Study: Girls Still Get Protection When Shots Are Given Months Later Than Recommended
By Brenda Goodman
WebMD Health News
Reviewed by Laura J. Martin, MD
The vaccine against human papilloma virus (HPV) is given in three shots over a period of six months.
Research has shown that the vaccine is highly effective at blocking the strains of HPV responsible for causing about 70% of all cervical cancer cases.
But several recent studies have shown that most women and girls who start the shots don't get them on time, if they finish the series at all.
"This study should be very reassuring," says Kathleen M. Neuzil, MD, MPH, clinical associate professor of allergy and infectious diseases in the department of global health at the University of Washington in Seattle. Neuzil is also the senior advisor for immunizations at the international nonprofit organization PATH, which is also based in Seattle.
"Certainly clinicians and parents can be reassured that if there are delays, as we know occur, this vaccine still works very well," says Neuzil.
Other experts who have studied the problem of HPV vaccine compliance agree.
"About half of those who start the HPV series actually complete it, and really, only a quarter are completing it on time," says Emmanuel B. Walter, MD, MPH, professor of pediatrics at Duke University in Durham, N.C.
"This gives us hope that it's OK if girls get their doses late," says Walter, who published a study on HPV vaccine compliance in the March 2011 issue of Vaccine. "I say that with the caveat that we don't know exactly what protection is or how effective the vaccine is only after two doses or one dose of the vaccine."
Comparing HPV Vaccine Schedules
For the study, Neuzil and her team enrolled 903 girls between the ages of 11 and 13 at 21 different schools in rural Vietnam.
The schools were randomly assigned to give three doses of the HPV vaccine to the girls participating in the study on one of four different dosing schedules:
- The recommended schedule at 0, 2, and 6 months.
- A timetable where the shots were spaced over the school year: 0, 3, and 9 months.
- A shot every six months for one year: 0, 6, and 12 months.
- A shot every 12 months for two years: 0, 12, and 24 months.
More than 800 girls completed all three doses, and researchers gave them blood tests after each shot to measure levels of antibodies against two cancer-causing HPV strains.
Compared to girls who got their doses on the recommended six-month timetable, researchers found that girls on the 9- and 12-month dosing schedules had only slight dips in their antibody levels, which weren't expected to be clinically meaningful.
Girls who got their shots over two years had significantly lower antibody levels than the six-month group. But Neuzil points out that even those levels were still higher than have been seen in other studies of older teens and college-aged women. That suggests that spreading the shots over years may still shield girls from the cancer-causing virus.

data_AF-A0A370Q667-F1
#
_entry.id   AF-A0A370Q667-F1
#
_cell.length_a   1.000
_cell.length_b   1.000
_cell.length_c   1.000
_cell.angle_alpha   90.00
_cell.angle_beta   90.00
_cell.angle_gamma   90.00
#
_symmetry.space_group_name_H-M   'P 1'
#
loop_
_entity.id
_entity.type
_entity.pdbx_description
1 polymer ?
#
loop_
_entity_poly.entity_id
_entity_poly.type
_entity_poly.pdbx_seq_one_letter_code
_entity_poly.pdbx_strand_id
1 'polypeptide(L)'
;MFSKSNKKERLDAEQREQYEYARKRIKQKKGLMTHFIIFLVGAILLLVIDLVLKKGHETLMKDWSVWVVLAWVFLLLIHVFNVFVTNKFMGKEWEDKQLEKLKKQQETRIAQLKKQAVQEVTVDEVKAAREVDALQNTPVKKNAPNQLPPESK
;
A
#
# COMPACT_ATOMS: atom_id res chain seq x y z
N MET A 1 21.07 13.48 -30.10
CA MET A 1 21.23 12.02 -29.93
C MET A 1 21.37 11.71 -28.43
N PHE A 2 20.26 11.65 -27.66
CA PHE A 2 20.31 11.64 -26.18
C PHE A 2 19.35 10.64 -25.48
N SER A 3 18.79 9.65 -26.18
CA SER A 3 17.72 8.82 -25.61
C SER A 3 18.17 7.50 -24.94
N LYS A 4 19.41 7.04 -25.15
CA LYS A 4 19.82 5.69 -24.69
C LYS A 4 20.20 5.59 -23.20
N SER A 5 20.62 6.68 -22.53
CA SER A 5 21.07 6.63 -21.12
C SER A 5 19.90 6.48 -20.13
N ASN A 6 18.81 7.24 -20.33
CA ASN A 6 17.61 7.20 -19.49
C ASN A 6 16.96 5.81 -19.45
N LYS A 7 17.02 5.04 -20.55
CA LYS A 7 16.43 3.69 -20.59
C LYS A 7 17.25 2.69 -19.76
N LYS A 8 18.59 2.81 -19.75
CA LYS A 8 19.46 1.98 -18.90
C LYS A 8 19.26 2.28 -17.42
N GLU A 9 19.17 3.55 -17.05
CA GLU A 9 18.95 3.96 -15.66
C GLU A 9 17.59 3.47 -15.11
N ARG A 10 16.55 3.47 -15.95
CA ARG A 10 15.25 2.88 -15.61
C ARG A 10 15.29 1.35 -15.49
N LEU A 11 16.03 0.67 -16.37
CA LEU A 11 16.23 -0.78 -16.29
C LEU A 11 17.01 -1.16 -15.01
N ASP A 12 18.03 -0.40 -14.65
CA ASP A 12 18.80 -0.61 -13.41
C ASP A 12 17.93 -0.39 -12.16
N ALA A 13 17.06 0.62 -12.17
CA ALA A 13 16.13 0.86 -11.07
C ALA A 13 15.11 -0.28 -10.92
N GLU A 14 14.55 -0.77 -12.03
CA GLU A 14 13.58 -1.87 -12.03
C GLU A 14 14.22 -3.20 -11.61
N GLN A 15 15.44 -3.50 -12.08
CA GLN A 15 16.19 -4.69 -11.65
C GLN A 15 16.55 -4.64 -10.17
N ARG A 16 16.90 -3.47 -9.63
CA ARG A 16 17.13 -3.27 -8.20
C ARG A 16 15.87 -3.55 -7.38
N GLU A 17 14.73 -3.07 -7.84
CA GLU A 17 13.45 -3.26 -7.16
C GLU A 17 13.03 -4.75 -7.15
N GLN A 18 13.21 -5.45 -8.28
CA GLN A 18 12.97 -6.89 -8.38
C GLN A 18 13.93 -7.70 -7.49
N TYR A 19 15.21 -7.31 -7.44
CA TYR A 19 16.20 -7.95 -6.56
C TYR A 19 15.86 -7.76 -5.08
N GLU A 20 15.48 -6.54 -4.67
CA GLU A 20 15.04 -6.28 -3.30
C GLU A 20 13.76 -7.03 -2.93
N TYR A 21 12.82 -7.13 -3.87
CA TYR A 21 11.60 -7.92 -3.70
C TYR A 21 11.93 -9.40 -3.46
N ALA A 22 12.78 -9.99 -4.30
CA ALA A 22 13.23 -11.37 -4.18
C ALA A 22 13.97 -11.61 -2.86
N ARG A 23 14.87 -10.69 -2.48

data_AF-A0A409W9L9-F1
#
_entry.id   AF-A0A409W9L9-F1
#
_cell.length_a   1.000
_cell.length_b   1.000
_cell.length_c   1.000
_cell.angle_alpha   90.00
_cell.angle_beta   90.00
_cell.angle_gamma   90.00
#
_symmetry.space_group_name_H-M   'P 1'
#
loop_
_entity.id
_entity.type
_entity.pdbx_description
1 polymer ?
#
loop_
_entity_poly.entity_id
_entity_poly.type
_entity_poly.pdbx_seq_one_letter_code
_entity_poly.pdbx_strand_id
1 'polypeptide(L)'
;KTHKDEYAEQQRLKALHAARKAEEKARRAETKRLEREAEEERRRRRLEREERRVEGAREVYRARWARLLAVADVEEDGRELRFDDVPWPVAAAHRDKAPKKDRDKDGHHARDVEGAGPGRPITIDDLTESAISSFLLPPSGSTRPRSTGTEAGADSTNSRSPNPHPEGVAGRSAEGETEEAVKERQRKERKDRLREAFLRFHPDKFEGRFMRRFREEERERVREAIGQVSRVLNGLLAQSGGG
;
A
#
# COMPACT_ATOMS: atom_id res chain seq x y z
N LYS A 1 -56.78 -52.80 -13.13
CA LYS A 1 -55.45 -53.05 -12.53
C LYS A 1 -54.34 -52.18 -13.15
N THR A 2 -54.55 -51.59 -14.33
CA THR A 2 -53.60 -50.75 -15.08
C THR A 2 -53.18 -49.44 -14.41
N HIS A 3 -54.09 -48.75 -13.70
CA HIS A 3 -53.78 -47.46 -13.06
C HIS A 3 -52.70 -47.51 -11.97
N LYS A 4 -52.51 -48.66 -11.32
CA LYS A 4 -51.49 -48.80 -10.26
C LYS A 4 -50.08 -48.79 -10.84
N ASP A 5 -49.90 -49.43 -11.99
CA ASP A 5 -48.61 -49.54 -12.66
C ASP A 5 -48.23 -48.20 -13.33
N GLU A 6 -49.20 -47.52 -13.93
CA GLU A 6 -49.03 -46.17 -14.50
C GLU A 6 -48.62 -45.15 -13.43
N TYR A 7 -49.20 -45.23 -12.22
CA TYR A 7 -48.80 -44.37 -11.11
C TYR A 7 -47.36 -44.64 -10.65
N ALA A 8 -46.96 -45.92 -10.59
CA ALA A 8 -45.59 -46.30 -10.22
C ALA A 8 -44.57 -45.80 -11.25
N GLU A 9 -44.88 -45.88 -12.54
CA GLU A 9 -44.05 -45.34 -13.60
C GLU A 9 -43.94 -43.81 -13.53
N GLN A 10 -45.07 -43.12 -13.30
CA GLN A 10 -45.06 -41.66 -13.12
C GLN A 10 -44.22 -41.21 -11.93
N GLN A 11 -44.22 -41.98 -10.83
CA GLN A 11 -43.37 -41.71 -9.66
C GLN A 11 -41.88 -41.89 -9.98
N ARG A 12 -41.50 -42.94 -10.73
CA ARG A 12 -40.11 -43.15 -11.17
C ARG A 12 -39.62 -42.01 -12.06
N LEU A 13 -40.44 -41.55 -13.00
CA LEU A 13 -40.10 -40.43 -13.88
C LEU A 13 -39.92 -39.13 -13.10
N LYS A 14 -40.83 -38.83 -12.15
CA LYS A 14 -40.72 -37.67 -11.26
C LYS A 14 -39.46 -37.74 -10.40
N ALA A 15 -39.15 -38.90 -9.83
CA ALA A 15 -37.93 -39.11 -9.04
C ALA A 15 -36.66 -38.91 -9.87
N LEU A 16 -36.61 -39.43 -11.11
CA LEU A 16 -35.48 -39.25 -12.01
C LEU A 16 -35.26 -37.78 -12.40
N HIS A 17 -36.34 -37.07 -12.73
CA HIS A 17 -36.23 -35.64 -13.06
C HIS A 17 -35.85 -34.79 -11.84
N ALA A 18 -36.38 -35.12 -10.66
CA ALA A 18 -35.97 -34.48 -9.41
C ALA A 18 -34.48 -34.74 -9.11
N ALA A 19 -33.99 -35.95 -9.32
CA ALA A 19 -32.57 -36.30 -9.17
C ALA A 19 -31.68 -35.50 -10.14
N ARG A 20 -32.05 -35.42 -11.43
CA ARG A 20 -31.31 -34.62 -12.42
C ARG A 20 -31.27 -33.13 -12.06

Neuzil acknowledges, however, that nobody knows the magic number for antibodies against HPV. "We don't know what level of antibody protects."
Side effects in the study were mostly mild, with many girls complaining that their arms were sore after the shots. About 1% complained of more serious reactions, including weakness, nausea, and vomiting.
The study was funded by the Bill and Melinda Gates Foundation. Drugmaker Merck provided the vaccine doses.
The study is published in TheJournal of the American Medical Association.
A Case for Flexible HPV Vaccine Schedules
"We know we have trouble getting adolescents vaccinated," says Lauri Markowitz, MD, team lead for epidemiology research in the division of STD prevention at the CDC. "They don't go to the doctor's office as often as young children do. It's challenging to get them to finish on time."
Though the official schedule is still a shot at 0, 2, and 6 months, public health authorities have acknowledged that there's some flexibility with that time frame.
"Right now, we recommend that if someone's late for a vaccine dose, it doesn't need to be repeated, you just complete the schedule," says Markowitz.
And there are two studies, one funded by the CDC and the other funded by National Institutes of Health, that are testing later dosing schedules to see how far the timeline can be stretched, especially between the second and third shots.
"We're starting to build a case for more flexible schedules," Neuzil says.
SOURCES: Neuzil, K.M. The Journal of the American Medical Association, April 13, 2011.Kathleen M. Neuzil, MD, MPH, clinical associate professor of allergy and infectious diseases, department of global health, University of Washington; senior advisor for immunizations, PATH, Seattle.Emmanuel B. Walter, MD, MPH, professor of pediatrics, Duke University, Durham, N.C.Tan, W. Vaccine, March 2011.Widdice, L.E. Pediatrics, January 2011.Lauri Markowitz, MD, team lead for epidemiology research, division of STD prevention, CDC.
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